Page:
Two widespread telemarketing operations that conned tens of thousands of consumers out of more than $120 million have been temporarily shut down ahead of a full investigation.
According to complaints filed by the FTC, since at least 2012, the defendants have used software designed to trick consumers into thinking there are problems with their computers, then subjected them to high-pressure deceptive sales pitches for tech-support products and services to fix their non-existent computer problems.
Now, at the request of the Federal Trade Commission and the State of Florida, a federal court has temporarily shut down those operations, and has frozen the defendants’ assets and placed the businesses under the control of a court-appointed receiver.
“These operations prey on consumers’ lack of technical knowledge with deceptive pitches and high-pressure tactics to sell useless software and services to the tune of millions of dollars,” said Jessica Rich, director of the FTC’s Bureau of Consumer Protection, in a statement. “There’s no excuse for it, and we are pleased the court has taken steps to temporarily shut down these scams while our lawsuit proceeds.”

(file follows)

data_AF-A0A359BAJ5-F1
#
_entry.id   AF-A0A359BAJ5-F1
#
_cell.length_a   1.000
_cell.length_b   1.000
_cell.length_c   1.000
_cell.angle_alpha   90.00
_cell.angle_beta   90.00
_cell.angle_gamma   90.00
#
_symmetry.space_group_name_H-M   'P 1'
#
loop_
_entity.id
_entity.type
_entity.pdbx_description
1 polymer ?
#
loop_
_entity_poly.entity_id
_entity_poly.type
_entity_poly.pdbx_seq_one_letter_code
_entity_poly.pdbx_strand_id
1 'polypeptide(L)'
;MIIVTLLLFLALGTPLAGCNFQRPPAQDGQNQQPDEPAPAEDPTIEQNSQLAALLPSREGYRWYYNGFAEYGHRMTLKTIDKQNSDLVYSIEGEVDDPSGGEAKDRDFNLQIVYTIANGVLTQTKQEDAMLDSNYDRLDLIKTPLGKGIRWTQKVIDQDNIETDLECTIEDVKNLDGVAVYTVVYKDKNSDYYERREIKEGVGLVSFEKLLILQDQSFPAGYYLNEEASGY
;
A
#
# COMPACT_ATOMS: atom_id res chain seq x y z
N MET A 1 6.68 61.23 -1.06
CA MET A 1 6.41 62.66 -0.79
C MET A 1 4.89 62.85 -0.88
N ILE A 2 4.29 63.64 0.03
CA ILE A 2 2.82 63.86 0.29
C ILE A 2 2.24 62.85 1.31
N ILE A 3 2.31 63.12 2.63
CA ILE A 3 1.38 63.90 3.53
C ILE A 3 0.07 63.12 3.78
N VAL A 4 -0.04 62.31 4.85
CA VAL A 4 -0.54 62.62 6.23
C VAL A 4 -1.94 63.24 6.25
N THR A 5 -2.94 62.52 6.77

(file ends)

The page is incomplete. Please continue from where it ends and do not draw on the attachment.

These cases mark the third in a series of actions by the FTC against the operators of computer repair scams, including an enforcement sweep of cases in 2011 and an action brought by the FTC earlier this year against a New York-based scammer.
There are two separate cases at issue here. However, each scam starts with computer software that purports to enhance the security or performance of consumers’ computers. Typically, consumers download a free trial version of software that runs a computer system scan. The defendants’ software scan then identifies numerous “errors” on consumers’ computers, regardless of whether the computer has any performance problems. The software then tells consumers that, in order to fix the identified errors, they will have to purchase the paid version of the software.
In reality, the FTC alleges, there are no such issues on the computer in question.
After consumers purchase the “full” version of the software at a cost of $29 to $49, the software directs them to call a toll-free number to “activate” the software. And when consumers call the activation number, they are connected to telemarketers who try to sell computer repair services and computer software using deceptive scare tactics to deceive consumers into paying for unneeded computer support services that cost as much as $500.
The two complaints allege that the defendants violated Section 5 of the FTC Act, the Telemarketing Sales Rule and the Florida Deceptive and Unfair Trade Practices Act.